Featured Research

from universities, journals, and other organizations

Source Of Fever Identified

Date:
August 7, 2007
Source:
Beth Israel Deaconess Medical Center
Summary:
With the finding that fever is produced by the action of a hormone on a specific site in the brain, scientists have answered a key question as to how this adaptive function helps to protect the body during bacterial infection and other types of illness.

With the finding that fever is produced by the action of a hormone on a specific site in the brain, scientists have answered a key question as to how this adaptive function helps to protect the body during bacterial infection and other types of illness.

Related Articles


"This study shows how the brain produces fever responses during infections," explains senior author Clifford Saper, MD, PhD, Chairman of the Department of Neurology at BIDMC and James Jackson Putnam Professor of Neurology and Neuroscience at Harvard Medical School. "Our laboratory identified the key site in the brain at which a hormone called prostaglandin E2 (PGE2) acts on a target, called the EP3 receptor, on neurons to cause the fever response."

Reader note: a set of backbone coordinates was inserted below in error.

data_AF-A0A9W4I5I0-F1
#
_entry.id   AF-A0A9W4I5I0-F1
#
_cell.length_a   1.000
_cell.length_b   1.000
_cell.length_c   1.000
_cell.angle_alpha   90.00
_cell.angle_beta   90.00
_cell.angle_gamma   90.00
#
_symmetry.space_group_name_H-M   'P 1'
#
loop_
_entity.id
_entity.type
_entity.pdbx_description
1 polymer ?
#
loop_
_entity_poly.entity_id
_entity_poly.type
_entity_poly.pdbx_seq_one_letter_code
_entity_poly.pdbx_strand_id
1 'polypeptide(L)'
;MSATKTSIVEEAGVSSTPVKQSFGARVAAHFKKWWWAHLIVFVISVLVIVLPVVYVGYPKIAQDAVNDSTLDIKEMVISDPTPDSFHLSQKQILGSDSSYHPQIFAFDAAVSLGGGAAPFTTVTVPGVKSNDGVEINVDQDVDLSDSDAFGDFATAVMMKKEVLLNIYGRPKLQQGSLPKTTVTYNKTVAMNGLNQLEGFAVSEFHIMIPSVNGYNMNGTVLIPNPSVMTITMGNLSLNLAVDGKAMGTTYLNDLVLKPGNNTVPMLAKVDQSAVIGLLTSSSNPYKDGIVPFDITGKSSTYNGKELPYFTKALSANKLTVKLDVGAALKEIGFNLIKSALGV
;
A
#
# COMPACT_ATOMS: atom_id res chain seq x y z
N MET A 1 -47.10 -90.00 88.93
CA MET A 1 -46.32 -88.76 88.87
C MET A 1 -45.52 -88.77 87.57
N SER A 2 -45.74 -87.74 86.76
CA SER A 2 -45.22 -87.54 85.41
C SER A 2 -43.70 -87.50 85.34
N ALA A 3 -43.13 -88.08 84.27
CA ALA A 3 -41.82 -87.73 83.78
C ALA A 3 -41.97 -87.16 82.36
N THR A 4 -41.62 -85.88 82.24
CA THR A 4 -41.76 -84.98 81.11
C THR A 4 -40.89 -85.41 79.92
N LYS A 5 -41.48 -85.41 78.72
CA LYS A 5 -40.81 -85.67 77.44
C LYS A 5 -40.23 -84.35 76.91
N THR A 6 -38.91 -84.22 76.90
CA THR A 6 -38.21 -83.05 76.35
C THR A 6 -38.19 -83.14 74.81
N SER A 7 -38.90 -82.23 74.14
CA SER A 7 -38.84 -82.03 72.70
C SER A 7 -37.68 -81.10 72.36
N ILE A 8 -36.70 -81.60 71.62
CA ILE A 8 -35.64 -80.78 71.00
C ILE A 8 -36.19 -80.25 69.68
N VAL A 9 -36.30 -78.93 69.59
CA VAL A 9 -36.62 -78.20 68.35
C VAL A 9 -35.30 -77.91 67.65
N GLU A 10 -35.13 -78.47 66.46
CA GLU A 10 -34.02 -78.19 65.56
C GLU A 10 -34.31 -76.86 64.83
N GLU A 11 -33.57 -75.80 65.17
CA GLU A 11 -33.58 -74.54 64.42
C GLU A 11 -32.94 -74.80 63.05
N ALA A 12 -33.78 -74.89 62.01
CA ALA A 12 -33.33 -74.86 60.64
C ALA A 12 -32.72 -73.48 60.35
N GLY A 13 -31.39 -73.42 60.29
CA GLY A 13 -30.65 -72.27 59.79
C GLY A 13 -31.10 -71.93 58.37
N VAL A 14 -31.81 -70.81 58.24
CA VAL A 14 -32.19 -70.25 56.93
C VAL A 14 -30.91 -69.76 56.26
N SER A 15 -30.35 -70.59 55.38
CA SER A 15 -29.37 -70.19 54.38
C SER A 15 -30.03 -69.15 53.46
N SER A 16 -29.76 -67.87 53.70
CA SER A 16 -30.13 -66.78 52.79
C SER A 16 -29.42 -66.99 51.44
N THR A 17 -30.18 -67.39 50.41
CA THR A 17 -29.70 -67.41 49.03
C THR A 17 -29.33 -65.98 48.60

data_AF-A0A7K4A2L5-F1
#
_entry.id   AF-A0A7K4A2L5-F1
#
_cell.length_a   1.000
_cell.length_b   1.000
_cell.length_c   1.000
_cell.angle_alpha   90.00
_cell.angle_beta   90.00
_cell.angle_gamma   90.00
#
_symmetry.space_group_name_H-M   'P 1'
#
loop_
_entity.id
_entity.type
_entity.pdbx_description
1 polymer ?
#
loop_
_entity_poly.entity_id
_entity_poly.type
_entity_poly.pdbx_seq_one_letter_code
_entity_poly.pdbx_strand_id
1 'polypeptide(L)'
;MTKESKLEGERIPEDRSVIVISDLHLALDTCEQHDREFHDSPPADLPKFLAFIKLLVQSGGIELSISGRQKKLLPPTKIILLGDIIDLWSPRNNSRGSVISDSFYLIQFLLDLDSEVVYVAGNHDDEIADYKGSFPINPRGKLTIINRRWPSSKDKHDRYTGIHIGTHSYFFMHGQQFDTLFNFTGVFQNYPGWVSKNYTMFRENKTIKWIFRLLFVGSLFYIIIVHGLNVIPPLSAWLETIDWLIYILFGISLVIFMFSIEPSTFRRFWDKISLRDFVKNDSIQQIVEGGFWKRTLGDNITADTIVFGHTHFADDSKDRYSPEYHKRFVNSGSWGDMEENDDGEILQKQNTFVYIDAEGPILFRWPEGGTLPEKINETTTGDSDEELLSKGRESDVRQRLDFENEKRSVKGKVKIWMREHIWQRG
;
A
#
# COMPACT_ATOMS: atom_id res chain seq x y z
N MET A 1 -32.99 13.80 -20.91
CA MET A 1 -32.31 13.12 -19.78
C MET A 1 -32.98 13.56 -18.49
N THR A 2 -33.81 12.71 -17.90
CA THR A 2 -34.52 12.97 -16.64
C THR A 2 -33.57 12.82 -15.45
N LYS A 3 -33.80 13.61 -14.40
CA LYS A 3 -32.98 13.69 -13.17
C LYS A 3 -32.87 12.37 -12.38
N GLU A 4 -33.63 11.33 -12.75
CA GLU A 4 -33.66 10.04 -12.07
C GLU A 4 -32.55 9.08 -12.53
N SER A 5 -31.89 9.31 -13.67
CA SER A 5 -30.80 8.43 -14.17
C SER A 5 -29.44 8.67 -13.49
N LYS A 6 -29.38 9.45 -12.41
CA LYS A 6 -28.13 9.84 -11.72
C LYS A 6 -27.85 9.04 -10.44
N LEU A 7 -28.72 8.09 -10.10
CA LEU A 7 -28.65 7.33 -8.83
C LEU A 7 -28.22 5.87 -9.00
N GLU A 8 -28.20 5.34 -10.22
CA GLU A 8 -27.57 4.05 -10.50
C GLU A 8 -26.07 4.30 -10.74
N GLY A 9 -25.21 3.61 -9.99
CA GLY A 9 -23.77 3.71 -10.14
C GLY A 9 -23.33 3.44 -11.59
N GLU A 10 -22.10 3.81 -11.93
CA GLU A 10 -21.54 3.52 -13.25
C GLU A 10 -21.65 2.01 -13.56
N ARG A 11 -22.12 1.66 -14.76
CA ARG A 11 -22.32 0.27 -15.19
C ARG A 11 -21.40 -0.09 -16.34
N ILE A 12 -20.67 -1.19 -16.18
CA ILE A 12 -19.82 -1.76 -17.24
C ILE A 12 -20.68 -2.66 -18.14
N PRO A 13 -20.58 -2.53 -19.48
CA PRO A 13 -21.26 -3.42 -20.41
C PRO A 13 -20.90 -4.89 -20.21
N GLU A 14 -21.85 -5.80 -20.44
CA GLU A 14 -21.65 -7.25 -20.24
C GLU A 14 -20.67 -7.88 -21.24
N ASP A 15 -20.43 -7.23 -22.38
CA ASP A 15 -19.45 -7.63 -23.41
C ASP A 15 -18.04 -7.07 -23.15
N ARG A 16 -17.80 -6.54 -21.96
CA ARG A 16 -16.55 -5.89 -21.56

During periods of inflammation, such as when the body is fighting an infection or illness, the body produces hormones known as cytokines. The cytokines, in turn, act on blood vessels in the brain to produce PGE2.

"PGE2 then enters the brain's hypothalamus, causing fever, loss of appetite, fatigue and general feelings of sickness and achiness," says Saper, explaining that these common symptoms of illness function as an adaptive response to enable the body to better fight infection.

"When body temperature is elevated by a few degrees, white blood cells can fight infections more effectively. Also, individuals tend to become achy and lethargic. Consequently," he adds, "they tend to take it easy, thereby conserving their energy so that they can better fight the infection. That is why so many different types of illness result in more or less the same sickness behaviors."

To this point, the specific neurons on which PGE2 was acting to produce fever were unknown. Saper and his colleagues created a knockout mouse in which the gene for the EP3 receptor -- which registers the presence of PGE2 -- could be removed in one part of the brain at a time.